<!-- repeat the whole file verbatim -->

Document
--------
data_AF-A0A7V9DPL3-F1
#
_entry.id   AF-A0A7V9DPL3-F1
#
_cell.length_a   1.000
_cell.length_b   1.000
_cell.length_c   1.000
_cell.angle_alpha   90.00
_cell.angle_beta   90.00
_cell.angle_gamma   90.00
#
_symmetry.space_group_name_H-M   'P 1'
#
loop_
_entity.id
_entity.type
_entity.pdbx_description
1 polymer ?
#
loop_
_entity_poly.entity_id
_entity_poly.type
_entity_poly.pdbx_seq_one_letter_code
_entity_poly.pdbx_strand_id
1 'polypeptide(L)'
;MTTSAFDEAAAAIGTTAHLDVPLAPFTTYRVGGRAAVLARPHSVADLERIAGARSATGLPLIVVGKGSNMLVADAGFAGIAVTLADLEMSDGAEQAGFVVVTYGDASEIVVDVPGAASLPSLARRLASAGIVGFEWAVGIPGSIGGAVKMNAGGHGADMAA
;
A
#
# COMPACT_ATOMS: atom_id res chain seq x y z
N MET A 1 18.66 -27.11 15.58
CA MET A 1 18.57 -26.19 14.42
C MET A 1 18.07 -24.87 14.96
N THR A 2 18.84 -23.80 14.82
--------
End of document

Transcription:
data_AF-A0A7V9DPL3-F1
#
_entry.id   AF-A0A7V9DPL3-F1
#
_cell.length_a   1.000
_cell.length_b   1.000
_cell.length_c   1.000
_cell.angle_alpha   90.00
_cell.angle_beta   90.00
_cell.angle_gamma   90.00
#
_symmetry.space_group_name_H-M   'P 1'
#
loop_
_entity.id
_entity.type
_entity.pdbx_description
1 polymer ?
#
loop_
_entity_poly.entity_id
_entity_poly.type
_entity_poly.pdbx_seq_one_letter_code
_entity_poly.pdbx_strand_id
1 'polypeptide(L)'
;MTTSAFDEAAAAIGTTAHLDVPLAPFTTYRVGGRAAVLARPHSVADLERIAGARSATGLPLIVVGKGSNMLVADAGFAGIAVTLADLEMSDGAEQAGFVVVTYGDASEIVVDVPGAASLPSLARRLASAGIVGFEWAVGIPGSIGGAVKMNAGGHGADMAA
;
A
#
# COMPACT_ATOMS: atom_id res chain seq x y z
N MET A 1 18.66 -27.11 15.58
CA MET A 1 18.57 -26.19 14.42
C MET A 1 18.07 -24.87 14.96
N THR A 2 18.84 -23.80 14.82